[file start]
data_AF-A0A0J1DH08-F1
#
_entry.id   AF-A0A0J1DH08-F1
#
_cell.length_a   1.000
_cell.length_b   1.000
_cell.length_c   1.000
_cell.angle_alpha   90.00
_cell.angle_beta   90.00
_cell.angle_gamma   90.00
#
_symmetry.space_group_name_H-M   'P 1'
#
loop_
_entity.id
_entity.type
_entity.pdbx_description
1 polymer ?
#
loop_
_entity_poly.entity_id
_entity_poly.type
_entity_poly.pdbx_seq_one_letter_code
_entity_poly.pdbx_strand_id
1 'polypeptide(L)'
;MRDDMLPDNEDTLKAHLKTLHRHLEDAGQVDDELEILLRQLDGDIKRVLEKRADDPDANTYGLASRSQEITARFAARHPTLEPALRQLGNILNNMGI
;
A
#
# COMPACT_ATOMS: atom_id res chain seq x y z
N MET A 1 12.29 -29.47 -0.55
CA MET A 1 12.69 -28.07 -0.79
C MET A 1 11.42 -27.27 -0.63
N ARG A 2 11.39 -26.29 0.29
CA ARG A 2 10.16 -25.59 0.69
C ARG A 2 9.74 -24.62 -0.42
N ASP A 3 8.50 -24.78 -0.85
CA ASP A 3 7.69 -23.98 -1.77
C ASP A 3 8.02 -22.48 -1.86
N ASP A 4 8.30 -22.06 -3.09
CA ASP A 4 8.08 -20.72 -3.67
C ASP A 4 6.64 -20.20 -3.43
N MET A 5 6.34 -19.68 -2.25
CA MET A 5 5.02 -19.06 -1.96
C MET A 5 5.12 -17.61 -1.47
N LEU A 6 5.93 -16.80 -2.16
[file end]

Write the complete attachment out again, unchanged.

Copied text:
data_AF-A0A0J1DH08-F1
#
_entry.id   AF-A0A0J1DH08-F1
#
_cell.length_a   1.000
_cell.length_b   1.000
_cell.length_c   1.000
_cell.angle_alpha   90.00
_cell.angle_beta   90.00
_cell.angle_gamma   90.00
#
_symmetry.space_group_name_H-M   'P 1'
#
loop_
_entity.id
_entity.type
_entity.pdbx_description
1 polymer ?
#
loop_
_entity_poly.entity_id
_entity_poly.type
_entity_poly.pdbx_seq_one_letter_code
_entity_poly.pdbx_strand_id
1 'polypeptide(L)'
;MRDDMLPDNEDTLKAHLKTLHRHLEDAGQVDDELEILLRQLDGDIKRVLEKRADDPDANTYGLASRSQEITARFAARHPTLEPALRQLGNILNNMGI
;
A
#
# COMPACT_ATOMS: atom_id res chain seq x y z
N MET A 1 12.29 -29.47 -0.55
CA MET A 1 12.69 -28.07 -0.79
C MET A 1 11.42 -27.27 -0.63
N ARG A 2 11.39 -26.29 0.29
CA ARG A 2 10.16 -25.59 0.69
C ARG A 2 9.74 -24.62 -0.42
N ASP A 3 8.50 -24.78 -0.85
CA ASP A 3 7.69 -23.98 -1.77
C ASP A 3 8.02 -22.48 -1.86
N ASP A 4 8.30 -22.06 -3.09
CA ASP A 4 8.08 -20.72 -3.67
C ASP A 4 6.64 -20.20 -3.43
N MET A 5 6.34 -19.68 -2.25
CA MET A 5 5.02 -19.06 -1.96
C MET A 5 5.12 -17.61 -1.47
N LEU A 6 5.93 -16.80 -2.16